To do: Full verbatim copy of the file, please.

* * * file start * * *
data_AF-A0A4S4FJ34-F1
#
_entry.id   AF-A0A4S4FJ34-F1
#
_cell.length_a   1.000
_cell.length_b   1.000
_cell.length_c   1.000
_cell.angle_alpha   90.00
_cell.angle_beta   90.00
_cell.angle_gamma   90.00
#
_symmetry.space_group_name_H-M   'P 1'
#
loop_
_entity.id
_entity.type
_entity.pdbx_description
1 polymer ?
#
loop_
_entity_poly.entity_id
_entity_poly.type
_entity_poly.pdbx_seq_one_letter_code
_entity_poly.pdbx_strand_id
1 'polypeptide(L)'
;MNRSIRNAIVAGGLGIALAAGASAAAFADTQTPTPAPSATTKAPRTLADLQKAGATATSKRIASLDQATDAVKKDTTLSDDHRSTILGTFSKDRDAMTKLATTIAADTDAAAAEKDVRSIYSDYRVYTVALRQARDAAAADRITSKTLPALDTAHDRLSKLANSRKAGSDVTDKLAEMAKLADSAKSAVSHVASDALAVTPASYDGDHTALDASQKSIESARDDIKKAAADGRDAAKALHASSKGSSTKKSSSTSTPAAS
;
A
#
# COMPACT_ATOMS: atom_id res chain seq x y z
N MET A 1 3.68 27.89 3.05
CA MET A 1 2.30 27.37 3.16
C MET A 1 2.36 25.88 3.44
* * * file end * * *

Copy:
data_AF-A0A4S4FJ34-F1
#
_entry.id   AF-A0A4S4FJ34-F1
#
_cell.length_a   1.000
_cell.length_b   1.000
_cell.length_c   1.000
_cell.angle_alpha   90.00
_cell.angle_beta   90.00
_cell.angle_gamma   90.00
#
_symmetry.space_group_name_H-M   'P 1'
#
loop_
_entity.id
_entity.type
_entity.pdbx_description
1 polymer ?
#
loop_
_entity_poly.entity_id
_entity_poly.type
_entity_poly.pdbx_seq_one_letter_code
_entity_poly.pdbx_strand_id
1 'polypeptide(L)'
;MNRSIRNAIVAGGLGIALAAGASAAAFADTQTPTPAPSATTKAPRTLADLQKAGATATSKRIASLDQATDAVKKDTTLSDDHRSTILGTFSKDRDAMTKLATTIAADTDAAAAEKDVRSIYSDYRVYTVALRQARDAAAADRITSKTLPALDTAHDRLSKLANSRKAGSDVTDKLAEMAKLADSAKSAVSHVASDALAVTPASYDGDHTALDASQKSIESARDDIKKAAADGRDAAKALHASSKGSSTKKSSSTSTPAAS
;
A
#
# COMPACT_ATOMS: atom_id res chain seq x y z
N MET A 1 3.68 27.89 3.05
CA MET A 1 2.30 27.37 3.16
C MET A 1 2.36 25.88 3.44